Andrew Sean Greer’s Less

Where do I begin? If I only I could give form to the feeling that has been gushing within me, you would know how overwhelming an experience it was. But as usual, I didn’t know where to begin and I kept waiting for the words to find their way out of the whirlpool of emotions.  A month has gone by since then. So, maybe I should just begin by telling you how I never have had a great run with award-winning books. Continue reading “Andrew Sean Greer’s Less”

Advertisements

Chit-Chat on Bofors and Rafale

Ten years. That is how long Chitra Subramaniam worked on the Bofors scandal, from Geneva in Switzerland. She was 29 and pregnant when she began her investigation. She continued to follow the paper trail and money trail to their end, even after the Hindu fired her. Her husband sponsored her entire investigation and she did some ground-breaking work in bringing out all the dirt and setting some heightened standards for investigative journalism. The Bofors scandal led to the change of certain Swiss laws.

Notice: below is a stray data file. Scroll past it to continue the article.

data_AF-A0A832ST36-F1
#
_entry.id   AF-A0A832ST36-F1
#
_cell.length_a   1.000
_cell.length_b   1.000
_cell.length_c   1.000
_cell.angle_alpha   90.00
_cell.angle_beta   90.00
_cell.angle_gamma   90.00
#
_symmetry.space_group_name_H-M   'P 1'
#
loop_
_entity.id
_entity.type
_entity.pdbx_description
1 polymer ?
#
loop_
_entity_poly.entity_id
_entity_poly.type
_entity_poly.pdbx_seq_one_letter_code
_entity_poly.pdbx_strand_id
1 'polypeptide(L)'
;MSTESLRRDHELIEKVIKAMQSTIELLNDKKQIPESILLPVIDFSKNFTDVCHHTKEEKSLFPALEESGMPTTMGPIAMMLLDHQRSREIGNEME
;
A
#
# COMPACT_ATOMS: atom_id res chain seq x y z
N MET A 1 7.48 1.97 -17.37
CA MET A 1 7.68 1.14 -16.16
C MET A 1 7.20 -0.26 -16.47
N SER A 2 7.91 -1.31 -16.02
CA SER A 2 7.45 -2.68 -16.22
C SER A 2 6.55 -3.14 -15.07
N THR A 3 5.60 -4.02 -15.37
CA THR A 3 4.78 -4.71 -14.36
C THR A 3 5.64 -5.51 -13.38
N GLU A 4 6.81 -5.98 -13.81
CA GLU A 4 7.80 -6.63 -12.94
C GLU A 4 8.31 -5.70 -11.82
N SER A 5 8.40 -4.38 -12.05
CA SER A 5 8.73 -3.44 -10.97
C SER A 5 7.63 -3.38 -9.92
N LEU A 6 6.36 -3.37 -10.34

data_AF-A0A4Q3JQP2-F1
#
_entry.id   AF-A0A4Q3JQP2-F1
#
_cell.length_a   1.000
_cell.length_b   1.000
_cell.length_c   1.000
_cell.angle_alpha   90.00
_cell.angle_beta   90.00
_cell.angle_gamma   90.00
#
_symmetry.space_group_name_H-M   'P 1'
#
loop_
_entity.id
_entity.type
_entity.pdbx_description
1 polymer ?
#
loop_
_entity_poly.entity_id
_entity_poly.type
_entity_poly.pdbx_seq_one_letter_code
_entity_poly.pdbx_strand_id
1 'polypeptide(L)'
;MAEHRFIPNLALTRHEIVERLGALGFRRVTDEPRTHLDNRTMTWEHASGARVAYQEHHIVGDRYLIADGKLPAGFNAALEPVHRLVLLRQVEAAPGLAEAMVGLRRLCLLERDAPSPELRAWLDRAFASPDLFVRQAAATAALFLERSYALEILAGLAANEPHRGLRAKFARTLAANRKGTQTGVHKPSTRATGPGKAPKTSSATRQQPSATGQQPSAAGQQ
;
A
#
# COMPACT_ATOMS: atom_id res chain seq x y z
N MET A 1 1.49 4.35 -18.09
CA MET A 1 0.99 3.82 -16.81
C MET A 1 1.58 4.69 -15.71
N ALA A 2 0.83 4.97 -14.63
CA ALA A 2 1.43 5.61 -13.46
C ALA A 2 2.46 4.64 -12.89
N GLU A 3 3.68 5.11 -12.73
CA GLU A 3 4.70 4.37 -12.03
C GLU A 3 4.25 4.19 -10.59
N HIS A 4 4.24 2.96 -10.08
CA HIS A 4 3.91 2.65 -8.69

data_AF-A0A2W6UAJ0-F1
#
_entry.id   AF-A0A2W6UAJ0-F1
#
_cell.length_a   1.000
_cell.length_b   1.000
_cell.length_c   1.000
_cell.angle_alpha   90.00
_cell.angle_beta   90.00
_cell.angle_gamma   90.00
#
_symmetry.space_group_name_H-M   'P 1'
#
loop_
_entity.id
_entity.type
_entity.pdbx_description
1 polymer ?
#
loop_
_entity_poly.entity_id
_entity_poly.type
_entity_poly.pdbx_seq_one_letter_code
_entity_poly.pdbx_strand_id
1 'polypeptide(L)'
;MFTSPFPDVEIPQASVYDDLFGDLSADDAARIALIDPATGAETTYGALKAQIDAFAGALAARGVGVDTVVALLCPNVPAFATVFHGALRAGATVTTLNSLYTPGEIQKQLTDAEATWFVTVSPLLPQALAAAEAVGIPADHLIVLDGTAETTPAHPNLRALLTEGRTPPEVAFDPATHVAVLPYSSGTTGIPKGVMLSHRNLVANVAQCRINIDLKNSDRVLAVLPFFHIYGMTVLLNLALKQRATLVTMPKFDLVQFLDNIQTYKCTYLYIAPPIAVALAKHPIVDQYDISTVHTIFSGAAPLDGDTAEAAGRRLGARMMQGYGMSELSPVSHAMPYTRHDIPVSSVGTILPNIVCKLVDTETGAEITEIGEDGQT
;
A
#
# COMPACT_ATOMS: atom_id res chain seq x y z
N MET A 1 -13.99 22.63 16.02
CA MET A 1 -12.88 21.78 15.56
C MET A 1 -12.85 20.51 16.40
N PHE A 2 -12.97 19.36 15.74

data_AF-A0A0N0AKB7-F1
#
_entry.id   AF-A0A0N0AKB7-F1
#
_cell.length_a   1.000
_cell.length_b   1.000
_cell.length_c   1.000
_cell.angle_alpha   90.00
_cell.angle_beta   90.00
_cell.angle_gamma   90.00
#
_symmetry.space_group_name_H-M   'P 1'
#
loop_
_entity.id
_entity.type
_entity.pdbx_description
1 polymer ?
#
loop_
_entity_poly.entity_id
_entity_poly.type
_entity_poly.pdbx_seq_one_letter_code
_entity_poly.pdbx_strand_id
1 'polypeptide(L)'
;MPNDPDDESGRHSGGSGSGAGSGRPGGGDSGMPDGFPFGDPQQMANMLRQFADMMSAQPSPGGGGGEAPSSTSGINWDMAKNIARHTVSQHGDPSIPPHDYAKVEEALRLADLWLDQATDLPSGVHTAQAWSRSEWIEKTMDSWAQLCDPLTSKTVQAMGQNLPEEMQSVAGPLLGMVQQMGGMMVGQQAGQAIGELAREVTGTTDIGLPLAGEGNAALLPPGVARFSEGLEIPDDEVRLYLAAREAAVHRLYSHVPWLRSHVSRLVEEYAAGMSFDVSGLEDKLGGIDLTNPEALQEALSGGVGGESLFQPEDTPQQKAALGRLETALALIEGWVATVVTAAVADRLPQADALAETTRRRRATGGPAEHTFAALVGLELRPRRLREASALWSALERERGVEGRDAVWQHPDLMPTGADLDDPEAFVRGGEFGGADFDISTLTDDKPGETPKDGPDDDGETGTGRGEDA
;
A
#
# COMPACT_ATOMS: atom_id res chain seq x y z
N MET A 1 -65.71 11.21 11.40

It wasn’t that there were no scandals before that, but Bofors came at a time when the country was looking up to Rajiv Gandhi with great hope after having lived through a cynical age during his mother’s government. Rajiv was portrayed as a clean person. So, when she held the papers that connected him to the scandal, Chitra said she was shaking. After her extended period of work, a box load of documents arrived in India for investigation. Although no one knows what happened of those documents, the Rafale deal has stirred up the public attention again. Everyone had almost forgotten about Bofors until somebody compared the Rafale deal to that of the Bofors.